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Everything posted by Scottf14

  1. Correct grammar is important if I am writing something out. Otherwise, I do not know many people who use 'proper grammar' in all forms of verbal speech. I think languages should be taught the same way that native languages are. You learn a few words as a time and begin to associate them together. Then, with time, you can understand the connotations better. That would be when grammar should start being taught. You have a good base at that point.
  2. I have mostly studied on my own. I did learn a bit of Spanish in highschool, however. I do prefer learning with others.
  3. I'd love to learn to read and write in the various forms of Japanese. I hate to admit that the reason for my interest is anime and manga, but it is true. I'd love to know what the characters are saying without a dub or a badly constructed sub.
  4. No, I never lost my accent moving to another country. However, my accent shifts abruptly whenever I move or live in a new state. For some reason it didn't change much out of country, but I can move only a few hundred miles away and start sounding different in only a week or two. Then I head back home to North Carolina and rapidly return to my southern drawal.
  5. I find that Spanish has a distinctive quality to it when spoken in slow soft tones. It sounds all manner of romantic. Of course, I think any language that doesn't have a lot of harsh syllables can sound that way. People from farther north or from other countries absolutely adore my southern accent. At least, they do when they can figure out what I'm saying. lol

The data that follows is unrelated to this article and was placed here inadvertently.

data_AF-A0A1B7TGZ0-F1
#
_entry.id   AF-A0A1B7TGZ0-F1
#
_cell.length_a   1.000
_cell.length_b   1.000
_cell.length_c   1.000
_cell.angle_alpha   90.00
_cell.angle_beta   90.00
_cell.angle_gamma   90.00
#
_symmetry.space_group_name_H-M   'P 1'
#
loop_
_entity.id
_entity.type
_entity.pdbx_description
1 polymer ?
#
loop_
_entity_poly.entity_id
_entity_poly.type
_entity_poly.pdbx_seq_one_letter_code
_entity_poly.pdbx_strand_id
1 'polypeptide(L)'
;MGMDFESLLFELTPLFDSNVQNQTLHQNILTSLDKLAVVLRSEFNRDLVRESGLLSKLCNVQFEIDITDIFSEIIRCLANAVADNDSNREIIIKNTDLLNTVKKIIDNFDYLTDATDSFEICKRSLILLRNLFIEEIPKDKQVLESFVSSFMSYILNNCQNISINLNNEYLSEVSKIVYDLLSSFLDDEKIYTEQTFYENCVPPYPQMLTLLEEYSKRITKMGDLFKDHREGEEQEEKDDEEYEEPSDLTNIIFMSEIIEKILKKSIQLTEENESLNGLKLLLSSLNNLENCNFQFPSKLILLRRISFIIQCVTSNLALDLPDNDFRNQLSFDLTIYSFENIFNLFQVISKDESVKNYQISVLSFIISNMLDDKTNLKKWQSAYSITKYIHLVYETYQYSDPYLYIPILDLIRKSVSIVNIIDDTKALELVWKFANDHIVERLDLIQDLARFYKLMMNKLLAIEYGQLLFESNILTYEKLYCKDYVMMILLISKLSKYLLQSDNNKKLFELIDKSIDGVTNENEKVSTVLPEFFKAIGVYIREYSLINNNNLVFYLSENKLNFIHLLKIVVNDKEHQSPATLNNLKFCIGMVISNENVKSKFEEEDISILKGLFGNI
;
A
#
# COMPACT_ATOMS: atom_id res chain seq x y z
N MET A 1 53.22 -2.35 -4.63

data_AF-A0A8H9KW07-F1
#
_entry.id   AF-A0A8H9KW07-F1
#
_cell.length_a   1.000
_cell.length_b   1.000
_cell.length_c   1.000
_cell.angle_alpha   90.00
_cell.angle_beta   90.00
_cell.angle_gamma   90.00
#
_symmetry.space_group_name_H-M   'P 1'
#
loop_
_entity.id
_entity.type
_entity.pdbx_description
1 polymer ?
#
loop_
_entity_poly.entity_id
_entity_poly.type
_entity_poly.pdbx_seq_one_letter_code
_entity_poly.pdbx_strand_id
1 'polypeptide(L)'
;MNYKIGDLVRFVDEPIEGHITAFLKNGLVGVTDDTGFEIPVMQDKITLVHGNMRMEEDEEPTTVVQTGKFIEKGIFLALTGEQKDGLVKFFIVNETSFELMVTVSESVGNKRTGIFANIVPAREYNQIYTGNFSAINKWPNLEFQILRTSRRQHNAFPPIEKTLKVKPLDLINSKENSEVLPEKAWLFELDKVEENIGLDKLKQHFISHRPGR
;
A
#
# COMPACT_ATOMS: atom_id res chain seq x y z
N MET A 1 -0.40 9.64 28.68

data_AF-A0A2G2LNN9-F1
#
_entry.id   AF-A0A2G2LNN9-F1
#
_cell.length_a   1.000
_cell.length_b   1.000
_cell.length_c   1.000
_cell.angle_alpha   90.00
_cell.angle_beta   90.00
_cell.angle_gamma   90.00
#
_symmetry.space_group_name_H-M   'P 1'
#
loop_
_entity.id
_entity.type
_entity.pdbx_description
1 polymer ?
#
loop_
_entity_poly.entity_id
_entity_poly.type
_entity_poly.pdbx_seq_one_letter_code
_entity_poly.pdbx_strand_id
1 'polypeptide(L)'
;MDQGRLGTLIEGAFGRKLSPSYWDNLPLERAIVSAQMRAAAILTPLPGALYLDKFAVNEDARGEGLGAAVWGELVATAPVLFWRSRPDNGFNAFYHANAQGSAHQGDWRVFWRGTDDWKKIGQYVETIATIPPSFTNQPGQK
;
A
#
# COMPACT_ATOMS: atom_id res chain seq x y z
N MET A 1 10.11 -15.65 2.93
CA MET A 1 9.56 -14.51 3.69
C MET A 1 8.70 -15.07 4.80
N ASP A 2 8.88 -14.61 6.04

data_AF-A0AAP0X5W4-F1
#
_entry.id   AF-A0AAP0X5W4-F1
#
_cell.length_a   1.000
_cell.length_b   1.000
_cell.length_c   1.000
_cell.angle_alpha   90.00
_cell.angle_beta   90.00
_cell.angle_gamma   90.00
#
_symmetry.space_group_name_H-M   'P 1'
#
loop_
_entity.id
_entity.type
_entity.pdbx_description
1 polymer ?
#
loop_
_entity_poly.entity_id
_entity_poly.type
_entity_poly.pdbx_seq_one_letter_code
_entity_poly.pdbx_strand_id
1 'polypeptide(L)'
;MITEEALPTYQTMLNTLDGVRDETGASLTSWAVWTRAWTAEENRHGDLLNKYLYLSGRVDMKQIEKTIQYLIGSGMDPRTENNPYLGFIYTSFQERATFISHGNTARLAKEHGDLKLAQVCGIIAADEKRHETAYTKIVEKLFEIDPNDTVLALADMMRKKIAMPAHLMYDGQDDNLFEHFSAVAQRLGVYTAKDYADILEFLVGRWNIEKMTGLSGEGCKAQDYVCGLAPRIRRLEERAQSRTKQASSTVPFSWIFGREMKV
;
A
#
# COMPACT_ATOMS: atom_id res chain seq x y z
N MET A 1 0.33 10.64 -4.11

6. The United States is made up of a lot of different people, of man ethnic and language backgrounds. Some people are arrogant about the English language, but I've seen that in other countries with other languages. I'm from the Unites States and I can say that the language arrogance for the most part generally only extends to America in a sense that large numbers of people here want everyone that comes here to at least be able to speak English. We're one of the largest countries in terms of land mass in the world. There are three main languages in the nearby area, and English is the most commonly spoken. Next is Spanish, and then comes french. A few asian languages and a smattering of German pop up now and then. We don't have much competition for the English language in the area and so it is the most commonly spoken language. Just as many people in other countries snort when an 'arrogant American tourist' comes to their country and does not know how to speak the local language, some Americans will get annoyed that people from outside the country don't learn basic English. However, we don't have a national language, and we do make an effort to place multiple languages on important things such as signs and instruction manuals.
  7. Supercalifragilisticexpialidocious I find this word funny because there was a song made up about it and everything. Come on, you know you want to sing about it! Sing people, siiiiiiing!
  8. I still can't get over the latte issue. Oh those poor Germans. They lined up around the block on opening day and all they receive for their trouble was an overpriced coffee drink.
  9. I frequently use Google Translate in order to get a general idea of what someone is saying to me. My mother uses it quite often to help her learn basic Spanish. She is learning from her sister as well, so that helps clear up the parts that come out non-sensical.
  10. Is it strange that I will watch a foreign film with English subtitles and use that to learn the proper spelling of commonly misspelled words? I'm odd I suppose. Oh well, at least I get to use anime as a 'learning' tool despite being a native English speaker.
  11. Considering that the word (yes like it or not irregardless is actually a word) irregardless was commonly used more than a century, and possibly several centuries before I was born, I tend to accept that some people use it. I get annoyed when people create portmanteau words based on the names of couples "Brangelina" for instance. It is found in the dictionary often enough despite being considered to be a colloquialism. It sounds odd, and I do not recall using it, ever. However, I won't dismiss it as a legitimate word since people know what it means, it communicates an actual thought, and it was in use before half of the states in America were even states.
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